At this year’s 16th annual Pamro conference, which broke its attendance record, the organisation unveiled its new Harmonised Questionnaire. Although it has been in development since 2005, the Pamro conference was the first time delegates had eyes on it. Michael Bratt spoke to Janet Proudfoot, general manager of group research and audience strategy at e.tv, to find out more about the new data gathering tool.
The aim of the questionnaire is to create an African audience measurement and research tool, which looks at product and media consumption habits, with the results being plugged into a database that is comparable between different countries on the continent.
“In most African countries, out of South Africa there is no or very limited media research at all,” Proudfoot explained, underlining the need for it. “Thus the media owners, agencies and marketers have very little knowledge of who they are targeting and what media their customers are exposed to, are consuming and what media dominates in each territory.”
The survey is based on population estimates and will demographically profile the audience including factors such as levels of education, standard of living and inter-media consumption. Revealing more about these factors “will enable marketers to determine the power of say, broadcast media over print”, Proudfoot says.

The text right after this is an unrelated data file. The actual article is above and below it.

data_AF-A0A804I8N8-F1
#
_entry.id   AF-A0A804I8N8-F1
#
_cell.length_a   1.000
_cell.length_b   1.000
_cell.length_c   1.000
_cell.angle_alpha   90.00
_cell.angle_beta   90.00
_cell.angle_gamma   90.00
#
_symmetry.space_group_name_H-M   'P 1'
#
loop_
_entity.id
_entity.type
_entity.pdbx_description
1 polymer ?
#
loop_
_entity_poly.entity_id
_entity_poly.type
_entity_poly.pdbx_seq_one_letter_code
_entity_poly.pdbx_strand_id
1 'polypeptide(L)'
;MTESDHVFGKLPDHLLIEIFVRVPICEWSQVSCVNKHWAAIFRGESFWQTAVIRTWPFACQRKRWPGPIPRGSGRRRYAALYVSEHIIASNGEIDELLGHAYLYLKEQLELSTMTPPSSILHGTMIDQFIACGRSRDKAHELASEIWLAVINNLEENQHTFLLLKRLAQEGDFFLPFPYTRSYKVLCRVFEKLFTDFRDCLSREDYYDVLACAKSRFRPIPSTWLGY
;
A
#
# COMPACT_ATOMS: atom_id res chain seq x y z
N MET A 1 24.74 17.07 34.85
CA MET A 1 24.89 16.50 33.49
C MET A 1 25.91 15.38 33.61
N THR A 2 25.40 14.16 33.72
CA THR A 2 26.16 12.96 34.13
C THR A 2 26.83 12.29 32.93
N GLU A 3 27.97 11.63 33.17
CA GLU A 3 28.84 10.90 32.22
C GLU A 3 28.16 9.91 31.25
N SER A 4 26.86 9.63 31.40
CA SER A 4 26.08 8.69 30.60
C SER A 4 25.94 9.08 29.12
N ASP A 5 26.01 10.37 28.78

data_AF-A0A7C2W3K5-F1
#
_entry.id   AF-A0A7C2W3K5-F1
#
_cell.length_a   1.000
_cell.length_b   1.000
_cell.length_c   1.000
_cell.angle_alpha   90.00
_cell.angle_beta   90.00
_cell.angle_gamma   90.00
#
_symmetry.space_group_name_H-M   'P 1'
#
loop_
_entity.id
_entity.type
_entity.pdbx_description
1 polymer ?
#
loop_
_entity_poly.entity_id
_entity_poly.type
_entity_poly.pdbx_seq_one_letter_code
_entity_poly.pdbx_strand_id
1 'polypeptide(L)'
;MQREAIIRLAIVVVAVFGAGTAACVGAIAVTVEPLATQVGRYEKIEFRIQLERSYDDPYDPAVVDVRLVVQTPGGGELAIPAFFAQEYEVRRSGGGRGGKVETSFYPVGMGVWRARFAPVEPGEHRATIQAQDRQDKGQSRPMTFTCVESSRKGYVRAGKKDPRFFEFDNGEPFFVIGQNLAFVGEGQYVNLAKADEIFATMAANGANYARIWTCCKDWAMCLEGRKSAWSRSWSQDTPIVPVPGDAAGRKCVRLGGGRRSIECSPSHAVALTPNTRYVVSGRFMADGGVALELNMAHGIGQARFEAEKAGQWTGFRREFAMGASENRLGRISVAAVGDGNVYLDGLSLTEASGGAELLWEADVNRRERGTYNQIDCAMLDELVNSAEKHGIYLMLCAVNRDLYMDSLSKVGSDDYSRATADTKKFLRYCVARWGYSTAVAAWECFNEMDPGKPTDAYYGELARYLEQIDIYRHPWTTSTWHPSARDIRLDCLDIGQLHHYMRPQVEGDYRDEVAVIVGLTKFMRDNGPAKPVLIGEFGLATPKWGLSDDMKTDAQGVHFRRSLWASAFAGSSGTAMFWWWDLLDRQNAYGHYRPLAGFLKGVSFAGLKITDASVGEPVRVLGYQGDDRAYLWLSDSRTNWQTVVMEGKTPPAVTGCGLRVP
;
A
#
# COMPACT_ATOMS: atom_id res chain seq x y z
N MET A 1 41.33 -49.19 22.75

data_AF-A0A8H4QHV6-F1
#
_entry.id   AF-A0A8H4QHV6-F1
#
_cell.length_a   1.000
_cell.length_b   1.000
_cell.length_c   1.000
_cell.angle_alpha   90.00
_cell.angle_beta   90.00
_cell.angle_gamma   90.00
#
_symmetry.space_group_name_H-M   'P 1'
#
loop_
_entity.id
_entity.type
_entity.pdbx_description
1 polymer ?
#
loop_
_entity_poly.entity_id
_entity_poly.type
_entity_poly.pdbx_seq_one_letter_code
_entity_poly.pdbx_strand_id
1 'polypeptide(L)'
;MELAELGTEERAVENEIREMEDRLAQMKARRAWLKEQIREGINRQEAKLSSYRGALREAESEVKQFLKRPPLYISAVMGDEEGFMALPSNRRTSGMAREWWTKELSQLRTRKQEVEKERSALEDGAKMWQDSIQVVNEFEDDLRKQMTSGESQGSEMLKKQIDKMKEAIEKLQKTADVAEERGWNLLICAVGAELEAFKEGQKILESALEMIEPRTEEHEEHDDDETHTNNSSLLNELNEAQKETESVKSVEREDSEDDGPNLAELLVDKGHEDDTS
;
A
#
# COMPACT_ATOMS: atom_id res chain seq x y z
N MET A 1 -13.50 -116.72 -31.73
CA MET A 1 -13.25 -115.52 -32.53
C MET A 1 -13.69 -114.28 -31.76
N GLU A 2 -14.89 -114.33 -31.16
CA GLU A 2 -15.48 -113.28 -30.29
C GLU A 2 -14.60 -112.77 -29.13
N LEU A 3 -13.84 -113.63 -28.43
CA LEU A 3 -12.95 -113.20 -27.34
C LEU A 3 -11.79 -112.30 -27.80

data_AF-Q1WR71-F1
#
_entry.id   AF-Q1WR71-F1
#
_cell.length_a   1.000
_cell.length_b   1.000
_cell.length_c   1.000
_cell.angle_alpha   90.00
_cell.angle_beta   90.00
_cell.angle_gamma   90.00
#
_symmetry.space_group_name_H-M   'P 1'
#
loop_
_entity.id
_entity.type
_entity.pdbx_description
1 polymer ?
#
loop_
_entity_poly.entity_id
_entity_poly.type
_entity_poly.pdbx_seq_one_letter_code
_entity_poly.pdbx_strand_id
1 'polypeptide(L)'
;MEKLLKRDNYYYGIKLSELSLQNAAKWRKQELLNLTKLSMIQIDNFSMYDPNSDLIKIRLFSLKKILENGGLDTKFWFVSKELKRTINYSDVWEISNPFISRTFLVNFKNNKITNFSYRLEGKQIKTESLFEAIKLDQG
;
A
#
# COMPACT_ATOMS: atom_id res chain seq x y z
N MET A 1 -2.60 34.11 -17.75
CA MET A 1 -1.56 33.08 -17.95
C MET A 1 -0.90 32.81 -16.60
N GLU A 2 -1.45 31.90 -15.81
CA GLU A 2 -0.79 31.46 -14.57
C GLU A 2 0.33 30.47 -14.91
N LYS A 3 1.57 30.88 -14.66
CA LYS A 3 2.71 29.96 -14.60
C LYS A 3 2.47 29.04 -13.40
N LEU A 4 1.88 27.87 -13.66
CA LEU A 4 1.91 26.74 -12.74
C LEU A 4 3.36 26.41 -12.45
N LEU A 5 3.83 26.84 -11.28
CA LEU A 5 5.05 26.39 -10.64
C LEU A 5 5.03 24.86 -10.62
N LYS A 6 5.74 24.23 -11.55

In developing the questionnaire, the Pamro South African sub-committee took a lot away from the South African Establishment Survey, essentially AMPS. The survey is made up of seven main sections: Demographics, which looks at factors such as age, income, education, work status; A new cell phone section, that takes into account the rapid advancement of mobile across the continent; media equipment section, which looks at the use of personal laptops; online section; media access and consumption section, which includes questions about TV, radio, cinema, print, out of home; commuting section; and a lifestyle activities section.
Proudfoot says the main benefit of the questionnaire is that, “It is standard across territories so that one can analyse and trend data across territories. The only thing each country would add is their own list of media including print titles, radio stations and TV channels.”
The one drawback is that each country has to print and distribute their own questionnaires and would have to employ a research house at a country level to sample and weight the population correctly. Proudfoot says the one way to overcome this is if media owners and marketers work together to share the costs and effort. Once the data has been collected, the country who implemented the questionnaire would own that data and they can choose who to share it with.
Proudfoot went on to add that, “The questionnaire has been developed for use by PAMRO members at no charge and is one of the added benefits of belonging to this organisation.”
The questionnaire is currently being translated into French with a possibility into Arabic. A mobile phone version has also been developed.
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